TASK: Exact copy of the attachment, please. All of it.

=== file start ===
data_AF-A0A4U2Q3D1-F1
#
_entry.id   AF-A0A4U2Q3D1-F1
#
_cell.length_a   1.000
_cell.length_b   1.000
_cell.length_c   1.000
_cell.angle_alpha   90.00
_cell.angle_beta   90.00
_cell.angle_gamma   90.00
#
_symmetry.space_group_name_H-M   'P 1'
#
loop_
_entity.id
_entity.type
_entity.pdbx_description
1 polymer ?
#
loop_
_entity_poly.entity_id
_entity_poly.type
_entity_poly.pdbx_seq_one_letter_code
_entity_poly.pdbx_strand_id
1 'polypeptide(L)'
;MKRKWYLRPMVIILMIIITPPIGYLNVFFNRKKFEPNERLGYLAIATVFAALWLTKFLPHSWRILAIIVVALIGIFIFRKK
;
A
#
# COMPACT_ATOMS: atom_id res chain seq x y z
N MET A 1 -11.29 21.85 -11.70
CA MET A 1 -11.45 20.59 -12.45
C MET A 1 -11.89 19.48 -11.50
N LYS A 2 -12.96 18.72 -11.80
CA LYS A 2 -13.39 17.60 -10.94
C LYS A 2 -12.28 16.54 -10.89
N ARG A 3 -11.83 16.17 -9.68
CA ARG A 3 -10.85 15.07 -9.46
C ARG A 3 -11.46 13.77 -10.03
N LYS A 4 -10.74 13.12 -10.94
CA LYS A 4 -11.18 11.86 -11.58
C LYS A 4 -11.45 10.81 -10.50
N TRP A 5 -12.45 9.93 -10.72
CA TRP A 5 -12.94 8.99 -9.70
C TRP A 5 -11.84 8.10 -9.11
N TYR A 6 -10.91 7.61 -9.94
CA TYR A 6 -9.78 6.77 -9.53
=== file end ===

data_AF-A0A4U2Q3D1-F1
#
_entry.id   AF-A0A4U2Q3D1-F1
#
_cell.length_a   1.000
_cell.length_b   1.000
_cell.length_c   1.000
_cell.angle_alpha   90.00
_cell.angle_beta   90.00
_cell.angle_gamma   90.00
#
_symmetry.space_group_name_H-M   'P 1'
#
loop_
_entity.id
_entity.type
_entity.pdbx_description
1 polymer ?
#
loop_
_entity_poly.entity_id
_entity_poly.type
_entity_poly.pdbx_seq_one_letter_code
_entity_poly.pdbx_strand_id
1 'polypeptide(L)'
;MKRKWYLRPMVIILMIIITPPIGYLNVFFNRKKFEPNERLGYLAIATVFAALWLTKFLPHSWRILAIIVVALIGIFIFRKK
;
A
#
# COMPACT_ATOMS: atom_id res chain seq x y z
N MET A 1 -11.29 21.85 -11.70
CA MET A 1 -11.45 20.59 -12.45
C MET A 1 -11.89 19.48 -11.50
N LYS A 2 -12.96 18.72 -11.80
CA LYS A 2 -13.39 17.60 -10.94
C LYS A 2 -12.28 16.54 -10.89
N ARG A 3 -11.83 16.17 -9.68
CA ARG A 3 -10.85 15.07 -9.46
C ARG A 3 -11.46 13.77 -10.03
N LYS A 4 -10.74 13.12 -10.94
CA LYS A 4 -11.18 11.86 -11.58
C LYS A 4 -11.45 10.81 -10.50
N TRP A 5 -12.45 9.93 -10.72
CA TRP A 5 -12.94 8.99 -9.70
C TRP A 5 -11.84 8.10 -9.11
N TYR A 6 -10.91 7.61 -9.94
CA TYR A 6 -9.78 6.77 -9.53